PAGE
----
INNOVATION FUND The Future of Academic Medicine Quality Improvement & Outcomes SHOWCASE 2023

A program to minimize preventable and inappropriate blood product transfusions in liver surgery

Quality Improvement & Outcomes

Guillaume Martel

613-737-8899 x71015


TOH – The Ottawa Hospital Academic Medical Organization


Approximately one million bags of blood are delivered annually to Canadian hospitals. About half of these are administered to surgical patients. We have examined patterns of blood utilization among patients undergoing liver operations. We have identified that about one third of all blood administered in this group was unnecessary. We have then focused on transfusions given in the operating room as a target for improvement, as this environment remains an unexplored “black box”. We have examined evidence from clinical trials, as well as practice guidelines to better understand the lay of the land. We have identified that clinicians rely heavily on rapid hemoglobin blood tests to make decisions about transfusion during surgery and have found that the literature does not support their use. More recently, we have obtained funding to carry out a large-scale examination of these devices in a real-world environment, to define their role in decision-making.


Blood transfusions in liver surgery remain common. Transfusions can be lifesaving, but inappropriate transfusions lead to no clinical benefit and potentially to harm. Patient blood management programs in surgery aim to minimize clinically indicated transfusions, and to eliminate inappropriate transfusions. This research program aimed to tackle these issues in liver surgery, and in all surgical disciplines more broadly.
We first defined the epidemiology of perioperative transfusion in liver surgery. A cohort liver operations (2011-2018) was audited. Published instruments were used to adjudicate transfusion appropriateness. A total of 489 patients underwent liver resection (transfusion incidence 18.6%, 241 units given). A total of 23-49% of intraoperative transfusions and 38-48% of postoperative transfusions were considered inappropriate.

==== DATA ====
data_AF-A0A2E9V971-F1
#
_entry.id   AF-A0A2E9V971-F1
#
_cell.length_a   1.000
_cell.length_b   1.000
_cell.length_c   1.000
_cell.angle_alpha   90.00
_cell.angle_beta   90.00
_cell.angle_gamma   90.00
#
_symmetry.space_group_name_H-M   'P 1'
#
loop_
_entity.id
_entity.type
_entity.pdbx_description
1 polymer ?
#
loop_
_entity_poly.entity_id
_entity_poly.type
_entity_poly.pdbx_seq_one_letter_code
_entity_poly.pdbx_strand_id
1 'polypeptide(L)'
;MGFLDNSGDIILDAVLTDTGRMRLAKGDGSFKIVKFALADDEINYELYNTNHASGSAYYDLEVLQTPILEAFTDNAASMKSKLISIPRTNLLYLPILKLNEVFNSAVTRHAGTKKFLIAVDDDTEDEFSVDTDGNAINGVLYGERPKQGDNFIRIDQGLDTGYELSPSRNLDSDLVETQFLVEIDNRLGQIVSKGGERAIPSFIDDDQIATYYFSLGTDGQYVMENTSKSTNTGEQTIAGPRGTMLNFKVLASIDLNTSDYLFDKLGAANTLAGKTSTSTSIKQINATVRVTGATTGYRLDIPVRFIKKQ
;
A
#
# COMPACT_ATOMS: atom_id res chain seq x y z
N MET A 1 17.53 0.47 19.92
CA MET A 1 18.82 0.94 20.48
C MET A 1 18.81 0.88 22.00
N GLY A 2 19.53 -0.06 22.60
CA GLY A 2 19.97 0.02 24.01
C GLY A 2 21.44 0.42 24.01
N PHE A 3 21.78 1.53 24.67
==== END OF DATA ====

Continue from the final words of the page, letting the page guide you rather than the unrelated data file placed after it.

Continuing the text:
Transfusion decision-making in the operating room was identified as a major knowledge gap. We thus conducted a systematic review of intraoperative transfusion guidelines. Ten guidelines were identified. They were noted to be highly variable in their recommendations and to lack a sufficient evidence base from the intraoperative setting. A second systematic review was conducted to identify clinical trials that tested intraoperative transfusion strategies. Fourteen trials were found, in which intraoperative restrictive transfusion strategies decreased perioperative transfusions without added postoperative morbidity and mortality in 12/14 trials. Two trials reported worse outcomes. Given trial design and generalizability limitations, uncertainty remains regarding the safety of broad application of restrictive transfusion triggers in the operating room.
We have identified hemoglobin measurement in the operating room as a major determinant of transfusion decision-making. Hemoglobin is most measured using convenient point-of-care testing devices. We have conducted a meta-analysis of 32 studies and concluded that such devices provide results that are frequently outside of the reference standard. We have then secured funding for a large prospective observational study to examine point-of-care testing devices for patients at high risk of transfusion. This work was recently completed and involved the prospective accrual of 1735 blood samples in surgery. Results are currently under analysis.
In summary, we have examined the epidemiology of blood transfusion in liver surgery. This work has identified intraoperative blood transfusions as a significant knowledge gap and area for improvement in surgery more broadly.

And 5 more papers currently under review at various journals

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